Wednesday, January 2, 2008

K is for Kobold

Image taken from

I first encountered a reference to kobolds in Kinley MacGregor's Knight of Darkness this year. Before that I had never heard of them. According to, a kobold is a sprite of Germanic folklore, similar to brownies. They haunt households and can either do some excellent housework, or be mischievous, depending on their moods.

The Larousse Dictionary of Folklore says they are somewhat of habitual pranksters that love to hide things from the homeowner. Fortunately, they will also help the family member to find what is lost. They are easily offended, but will also sing the children to sleep a night. It is important to keep them well-fed to avoid them becoming discontented.

Wikipedia mentions that the element cobalt is named for these creatures, as a common variant dwells in underground caves and mines. This is derived from the fact that poisonous ores of this metal can often pollute other mined minerals.

There are individuals that specialize in plaguing certain types of people. For instance, Hoedeken hounds unfaithful wives, while Goldemar exposes secrets best kept hidden by clergymen.

According to Andrew Keightley's The World Guide to Gnomes, Fairies, Elves, and Other Little People, kobolds, the same beings as the English hobgoblins, haunt the houses of their chosen family as long as at least one member lives. The kobold will actually follow the family to their new dwelling if the family attempts to leave. The maidservants must take care to meet the Kobold's needs, and inform their successors to do the same.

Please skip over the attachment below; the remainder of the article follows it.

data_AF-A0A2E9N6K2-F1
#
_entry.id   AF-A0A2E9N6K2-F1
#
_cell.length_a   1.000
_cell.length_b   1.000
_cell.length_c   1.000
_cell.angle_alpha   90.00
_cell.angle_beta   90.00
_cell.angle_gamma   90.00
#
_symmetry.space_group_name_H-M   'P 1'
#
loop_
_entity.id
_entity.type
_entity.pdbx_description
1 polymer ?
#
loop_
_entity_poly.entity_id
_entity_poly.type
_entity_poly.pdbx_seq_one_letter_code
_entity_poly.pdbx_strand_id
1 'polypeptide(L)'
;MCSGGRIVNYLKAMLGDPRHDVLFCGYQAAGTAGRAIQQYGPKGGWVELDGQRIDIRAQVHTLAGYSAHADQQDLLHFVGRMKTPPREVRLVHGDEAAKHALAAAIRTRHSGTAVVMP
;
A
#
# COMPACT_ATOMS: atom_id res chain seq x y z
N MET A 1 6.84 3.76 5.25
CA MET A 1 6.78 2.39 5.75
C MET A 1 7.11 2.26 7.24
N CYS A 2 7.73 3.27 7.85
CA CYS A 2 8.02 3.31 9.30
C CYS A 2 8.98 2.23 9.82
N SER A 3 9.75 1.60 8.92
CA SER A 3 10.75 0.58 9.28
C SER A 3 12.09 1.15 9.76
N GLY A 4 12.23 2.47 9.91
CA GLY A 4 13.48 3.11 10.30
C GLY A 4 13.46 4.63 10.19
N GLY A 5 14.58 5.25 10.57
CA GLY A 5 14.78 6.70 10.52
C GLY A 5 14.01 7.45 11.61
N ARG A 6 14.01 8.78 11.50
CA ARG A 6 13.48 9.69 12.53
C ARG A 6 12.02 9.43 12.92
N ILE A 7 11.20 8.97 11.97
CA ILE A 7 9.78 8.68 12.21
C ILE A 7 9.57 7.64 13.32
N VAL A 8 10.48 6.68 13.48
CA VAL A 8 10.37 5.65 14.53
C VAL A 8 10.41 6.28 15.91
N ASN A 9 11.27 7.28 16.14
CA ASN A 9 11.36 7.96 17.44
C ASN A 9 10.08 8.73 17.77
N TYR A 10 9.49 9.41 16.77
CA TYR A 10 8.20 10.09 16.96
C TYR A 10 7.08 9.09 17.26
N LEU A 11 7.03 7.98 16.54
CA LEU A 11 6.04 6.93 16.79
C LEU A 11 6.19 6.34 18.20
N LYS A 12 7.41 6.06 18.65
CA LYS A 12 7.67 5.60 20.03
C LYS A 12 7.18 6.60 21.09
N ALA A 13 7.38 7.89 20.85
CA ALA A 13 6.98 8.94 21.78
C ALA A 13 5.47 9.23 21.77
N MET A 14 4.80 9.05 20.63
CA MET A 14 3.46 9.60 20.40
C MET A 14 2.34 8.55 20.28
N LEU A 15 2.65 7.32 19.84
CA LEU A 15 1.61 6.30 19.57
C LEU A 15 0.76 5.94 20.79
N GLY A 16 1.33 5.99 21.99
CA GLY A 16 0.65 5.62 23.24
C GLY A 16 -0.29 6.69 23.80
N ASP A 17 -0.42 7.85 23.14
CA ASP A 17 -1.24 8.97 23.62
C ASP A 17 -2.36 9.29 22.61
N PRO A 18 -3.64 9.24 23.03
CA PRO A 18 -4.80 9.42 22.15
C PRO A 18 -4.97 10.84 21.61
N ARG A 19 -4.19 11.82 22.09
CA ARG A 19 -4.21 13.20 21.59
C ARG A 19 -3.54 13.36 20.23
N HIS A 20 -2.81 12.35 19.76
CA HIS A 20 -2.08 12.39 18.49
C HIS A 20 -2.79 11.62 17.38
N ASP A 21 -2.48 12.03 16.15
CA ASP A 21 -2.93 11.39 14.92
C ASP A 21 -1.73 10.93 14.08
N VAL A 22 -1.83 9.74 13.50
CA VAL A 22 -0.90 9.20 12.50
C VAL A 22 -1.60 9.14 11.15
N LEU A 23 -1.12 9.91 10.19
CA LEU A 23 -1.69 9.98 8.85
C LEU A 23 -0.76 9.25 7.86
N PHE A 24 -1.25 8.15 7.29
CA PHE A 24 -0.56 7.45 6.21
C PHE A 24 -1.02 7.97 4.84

In his book, Mr. Keightley recounts the story of a very famous kobold called Hinzelmann from an abridgement by MM Grimm. In this account, Hinzelmann is known to direct the housekeeping activities of the maids and to scold the housedwelling occupants on ethical and polite behavior. He protested to being exorcised, claiming he had nothing to do with the Devil.

The kobold appears quite frequently both in fiction and videogames. For examples, kobolds are found in the following works of fiction:
  • Dragon Rider by Cornelia Funke
  • The Spirit Ring by Lois McMaster Bujold
  • Fablehaven: The Rise of the Evening Star by Brandon Mull features a kobold in a decidely sinister cast
  • Revenge of the Shadow King by JS Lewis and Derek Benz has mercenary kobolds working for Morgan Le Fay
  • The kobold Hinzelmann shows up as an benevolent protector of a small Wisconsin town in Neil Gaiman's American Gods
  • Terry Brooks' Landover series features two different kobolds
  • The Forgotten Realms series features kobolds as enemies throughout, nearly on par with goblins
If I have awakened your curiosity about kobolds, I have attached a bibliography. Let me close by warning you to be nice to your kobold, and to keep it well fed. It's to your best advantage!


Kobold. Wikipedia: The Free Encyclopedia. Last modified 1 January 2008. Accessed on 2 January 2008.

Jones, Alison. Larousse Dictionary of World Folklore. 262. Published New York, New York: Larousse Kingfisher Chambers, Inc. 1995.

Keightley, Thomas. The World Guide to Gnomes, Fairies, Elves, and Other Little People. 239-258. Published New York, New York: Gramercy, 2000. Originally published as The Fairy Mythology in 1880.

1 comment:

Nancy said...

Great blog, Danielle! I need to pay more attention to my little guys!

Congratulations on your new blog!